The effect of calcium-induced fullerene migration on the performance of thermally stable nanoparticle organic solar cells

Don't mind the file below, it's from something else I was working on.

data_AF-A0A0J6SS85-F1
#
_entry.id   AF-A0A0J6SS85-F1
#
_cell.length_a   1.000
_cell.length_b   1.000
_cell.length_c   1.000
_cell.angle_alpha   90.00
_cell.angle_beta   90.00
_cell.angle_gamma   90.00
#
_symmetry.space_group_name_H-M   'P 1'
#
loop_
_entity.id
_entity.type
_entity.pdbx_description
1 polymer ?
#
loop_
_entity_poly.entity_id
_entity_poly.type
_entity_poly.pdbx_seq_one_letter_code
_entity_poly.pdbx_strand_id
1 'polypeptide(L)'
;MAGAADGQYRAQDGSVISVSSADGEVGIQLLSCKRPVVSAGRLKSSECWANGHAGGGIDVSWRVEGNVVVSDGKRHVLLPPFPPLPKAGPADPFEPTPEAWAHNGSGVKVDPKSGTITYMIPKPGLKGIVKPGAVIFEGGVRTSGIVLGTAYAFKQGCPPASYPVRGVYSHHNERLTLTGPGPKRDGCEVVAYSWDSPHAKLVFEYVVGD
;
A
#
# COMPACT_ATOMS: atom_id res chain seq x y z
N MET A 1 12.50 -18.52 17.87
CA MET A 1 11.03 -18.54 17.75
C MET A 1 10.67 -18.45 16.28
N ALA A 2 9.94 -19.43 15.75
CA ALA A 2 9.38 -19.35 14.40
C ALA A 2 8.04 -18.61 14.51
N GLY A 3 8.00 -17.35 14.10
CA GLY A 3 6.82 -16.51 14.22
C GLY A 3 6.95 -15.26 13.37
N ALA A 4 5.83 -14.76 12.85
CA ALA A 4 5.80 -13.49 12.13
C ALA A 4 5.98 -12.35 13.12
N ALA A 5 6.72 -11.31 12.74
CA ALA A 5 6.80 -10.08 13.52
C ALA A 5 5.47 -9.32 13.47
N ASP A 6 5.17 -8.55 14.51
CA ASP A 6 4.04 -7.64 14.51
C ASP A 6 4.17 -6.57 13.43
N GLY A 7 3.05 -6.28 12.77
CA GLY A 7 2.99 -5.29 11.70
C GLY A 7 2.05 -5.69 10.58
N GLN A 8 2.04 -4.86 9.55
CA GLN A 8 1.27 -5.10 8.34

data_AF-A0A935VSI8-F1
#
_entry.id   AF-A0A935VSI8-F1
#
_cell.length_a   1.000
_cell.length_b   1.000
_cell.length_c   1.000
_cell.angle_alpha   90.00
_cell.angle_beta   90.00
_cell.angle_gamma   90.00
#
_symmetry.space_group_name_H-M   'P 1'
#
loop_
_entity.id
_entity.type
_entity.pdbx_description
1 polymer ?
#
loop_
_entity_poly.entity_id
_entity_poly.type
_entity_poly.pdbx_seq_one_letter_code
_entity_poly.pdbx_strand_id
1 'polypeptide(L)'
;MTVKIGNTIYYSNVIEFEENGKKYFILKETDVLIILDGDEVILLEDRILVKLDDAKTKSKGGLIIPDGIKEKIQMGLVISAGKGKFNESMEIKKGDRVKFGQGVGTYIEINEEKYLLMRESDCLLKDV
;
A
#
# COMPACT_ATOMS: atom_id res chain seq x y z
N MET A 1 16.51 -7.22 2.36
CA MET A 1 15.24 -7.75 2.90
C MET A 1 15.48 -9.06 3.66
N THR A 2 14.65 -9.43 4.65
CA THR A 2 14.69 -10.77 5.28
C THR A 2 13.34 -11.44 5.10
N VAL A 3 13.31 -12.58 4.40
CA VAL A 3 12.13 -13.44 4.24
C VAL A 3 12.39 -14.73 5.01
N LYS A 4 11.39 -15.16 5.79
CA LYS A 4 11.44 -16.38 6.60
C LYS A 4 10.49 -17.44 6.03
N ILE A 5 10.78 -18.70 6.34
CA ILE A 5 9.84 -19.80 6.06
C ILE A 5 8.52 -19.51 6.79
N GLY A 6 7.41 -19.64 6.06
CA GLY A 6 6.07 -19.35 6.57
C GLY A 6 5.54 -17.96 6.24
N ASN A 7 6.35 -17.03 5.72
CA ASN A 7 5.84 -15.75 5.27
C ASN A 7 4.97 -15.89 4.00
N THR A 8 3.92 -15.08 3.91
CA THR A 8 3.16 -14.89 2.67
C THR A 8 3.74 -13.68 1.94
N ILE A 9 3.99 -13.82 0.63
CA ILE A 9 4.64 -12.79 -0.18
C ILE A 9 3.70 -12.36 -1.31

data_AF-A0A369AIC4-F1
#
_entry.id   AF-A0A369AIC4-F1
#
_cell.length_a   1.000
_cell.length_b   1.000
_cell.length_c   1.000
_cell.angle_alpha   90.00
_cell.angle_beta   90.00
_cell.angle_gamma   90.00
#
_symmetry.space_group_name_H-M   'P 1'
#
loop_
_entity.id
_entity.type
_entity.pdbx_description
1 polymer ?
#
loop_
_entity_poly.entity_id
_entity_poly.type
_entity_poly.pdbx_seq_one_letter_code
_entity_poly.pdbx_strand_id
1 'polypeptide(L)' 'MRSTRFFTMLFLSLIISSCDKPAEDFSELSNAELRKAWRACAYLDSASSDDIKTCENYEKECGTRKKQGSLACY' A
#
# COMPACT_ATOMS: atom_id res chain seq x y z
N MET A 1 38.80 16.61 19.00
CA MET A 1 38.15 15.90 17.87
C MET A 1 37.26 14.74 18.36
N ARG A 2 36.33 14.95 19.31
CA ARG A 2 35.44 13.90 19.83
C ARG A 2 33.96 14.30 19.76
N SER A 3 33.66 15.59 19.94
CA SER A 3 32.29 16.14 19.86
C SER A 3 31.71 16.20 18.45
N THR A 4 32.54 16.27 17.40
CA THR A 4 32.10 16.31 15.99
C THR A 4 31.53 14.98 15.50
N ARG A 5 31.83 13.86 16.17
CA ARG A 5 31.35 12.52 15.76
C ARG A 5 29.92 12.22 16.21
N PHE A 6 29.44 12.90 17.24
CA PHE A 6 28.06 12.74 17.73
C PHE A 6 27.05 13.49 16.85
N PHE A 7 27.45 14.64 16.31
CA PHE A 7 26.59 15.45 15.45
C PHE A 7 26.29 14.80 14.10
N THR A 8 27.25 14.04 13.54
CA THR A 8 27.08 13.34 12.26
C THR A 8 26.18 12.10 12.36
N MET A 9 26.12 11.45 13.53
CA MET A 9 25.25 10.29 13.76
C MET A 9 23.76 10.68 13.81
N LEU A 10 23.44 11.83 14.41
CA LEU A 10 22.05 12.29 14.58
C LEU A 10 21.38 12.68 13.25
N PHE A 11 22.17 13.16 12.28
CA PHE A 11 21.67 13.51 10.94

The impact of a calcium interface layer in combination with a thermal annealing treatment on the performance of poly(3-hexylthiophene) (P3HT):[6,6]-phenyl-C61-buteric acid methylester (PCBM) nanoparticle photovoltaic devices is investigated. Annealing is found to disrupt the microstructure of the nanoparticle active layer leading to a reduction in fill factor. However, X-ray photoelectron spectroscopy measurements show that the calcium interface layer causes PCBM to preferentially migrate to the cathode interface upon annealing, resulting in better charge extraction from the PCBM moiety, an increase in the built-in voltage, open-circuit voltage, and power conversion efficiency. Moreover, the annealing trends could be completely explained by the observed PCBM migration. Unlike P3HT:PCBM bulk heterojunction devices, the P3HT:PCBM nanoparticle devices showed a remarkable thermal stability up to 120 °C. As such, OPVs fabricated from aqueous nanoparticle inks provide an attractive alternative to conventional organic solvent based bulk heterojunction devices.